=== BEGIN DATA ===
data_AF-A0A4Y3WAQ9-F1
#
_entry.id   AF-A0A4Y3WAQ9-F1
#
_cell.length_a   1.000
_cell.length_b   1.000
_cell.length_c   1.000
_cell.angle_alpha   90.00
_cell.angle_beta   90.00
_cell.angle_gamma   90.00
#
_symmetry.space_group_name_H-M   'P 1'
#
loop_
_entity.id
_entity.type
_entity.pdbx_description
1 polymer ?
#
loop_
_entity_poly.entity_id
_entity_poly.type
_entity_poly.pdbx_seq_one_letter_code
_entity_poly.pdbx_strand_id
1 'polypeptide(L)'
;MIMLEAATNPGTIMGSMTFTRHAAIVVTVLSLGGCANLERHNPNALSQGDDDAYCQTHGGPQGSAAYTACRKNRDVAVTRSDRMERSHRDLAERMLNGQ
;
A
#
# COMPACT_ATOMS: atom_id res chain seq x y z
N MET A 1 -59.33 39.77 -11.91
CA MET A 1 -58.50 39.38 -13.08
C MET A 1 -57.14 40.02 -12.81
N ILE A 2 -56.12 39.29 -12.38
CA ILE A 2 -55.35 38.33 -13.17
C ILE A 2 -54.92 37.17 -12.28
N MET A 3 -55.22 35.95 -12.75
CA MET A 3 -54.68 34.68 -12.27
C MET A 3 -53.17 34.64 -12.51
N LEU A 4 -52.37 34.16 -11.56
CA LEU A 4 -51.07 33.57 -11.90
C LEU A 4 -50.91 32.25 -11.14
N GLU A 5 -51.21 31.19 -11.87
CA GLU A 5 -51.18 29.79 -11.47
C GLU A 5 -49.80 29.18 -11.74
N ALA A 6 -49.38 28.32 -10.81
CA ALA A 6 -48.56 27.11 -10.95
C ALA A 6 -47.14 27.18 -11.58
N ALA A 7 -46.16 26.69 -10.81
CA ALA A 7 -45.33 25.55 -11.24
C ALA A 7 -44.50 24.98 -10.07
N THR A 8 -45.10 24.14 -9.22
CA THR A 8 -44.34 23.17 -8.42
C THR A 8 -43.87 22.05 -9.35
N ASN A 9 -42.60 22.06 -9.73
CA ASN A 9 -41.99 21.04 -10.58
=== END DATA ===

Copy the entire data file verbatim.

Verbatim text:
data_AF-A0A4Y3WAQ9-F1
#
_entry.id   AF-A0A4Y3WAQ9-F1
#
_cell.length_a   1.000
_cell.length_b   1.000
_cell.length_c   1.000
_cell.angle_alpha   90.00
_cell.angle_beta   90.00
_cell.angle_gamma   90.00
#
_symmetry.space_group_name_H-M   'P 1'
#
loop_
_entity.id
_entity.type
_entity.pdbx_description
1 polymer ?
#
loop_
_entity_poly.entity_id
_entity_poly.type
_entity_poly.pdbx_seq_one_letter_code
_entity_poly.pdbx_strand_id
1 'polypeptide(L)'
;MIMLEAATNPGTIMGSMTFTRHAAIVVTVLSLGGCANLERHNPNALSQGDDDAYCQTHGGPQGSAAYTACRKNRDVAVTRSDRMERSHRDLAERMLNGQ
;
A
#
# COMPACT_ATOMS: atom_id res chain seq x y z
N MET A 1 -59.33 39.77 -11.91
CA MET A 1 -58.50 39.38 -13.08
C MET A 1 -57.14 40.02 -12.81
N ILE A 2 -56.12 39.29 -12.38
CA ILE A 2 -55.35 38.33 -13.17
C ILE A 2 -54.92 37.17 -12.28
N MET A 3 -55.22 35.95 -12.75
CA MET A 3 -54.68 34.68 -12.27
C MET A 3 -53.17 34.64 -12.51
N LEU A 4 -52.37 34.16 -11.56
CA LEU A 4 -51.07 33.57 -11.90
C LEU A 4 -50.91 32.25 -11.14
N GLU A 5 -51.21 31.19 -11.87
CA GLU A 5 -51.18 29.79 -11.47
C GLU A 5 -49.80 29.18 -11.74
N ALA A 6 -49.38 28.32 -10.81
CA ALA A 6 -48.56 27.11 -10.95
C ALA A 6 -47.14 27.18 -11.58
N ALA A 7 -46.16 26.69 -10.81
CA ALA A 7 -45.33 25.55 -11.24
C ALA A 7 -44.50 24.98 -10.07
N THR A 8 -45.10 24.14 -9.22
CA THR A 8 -44.34 23.17 -8.42
C THR A 8 -43.87 22.05 -9.35
N ASN A 9 -42.60 22.06 -9.73
CA ASN A 9 -41.99 21.04 -10.58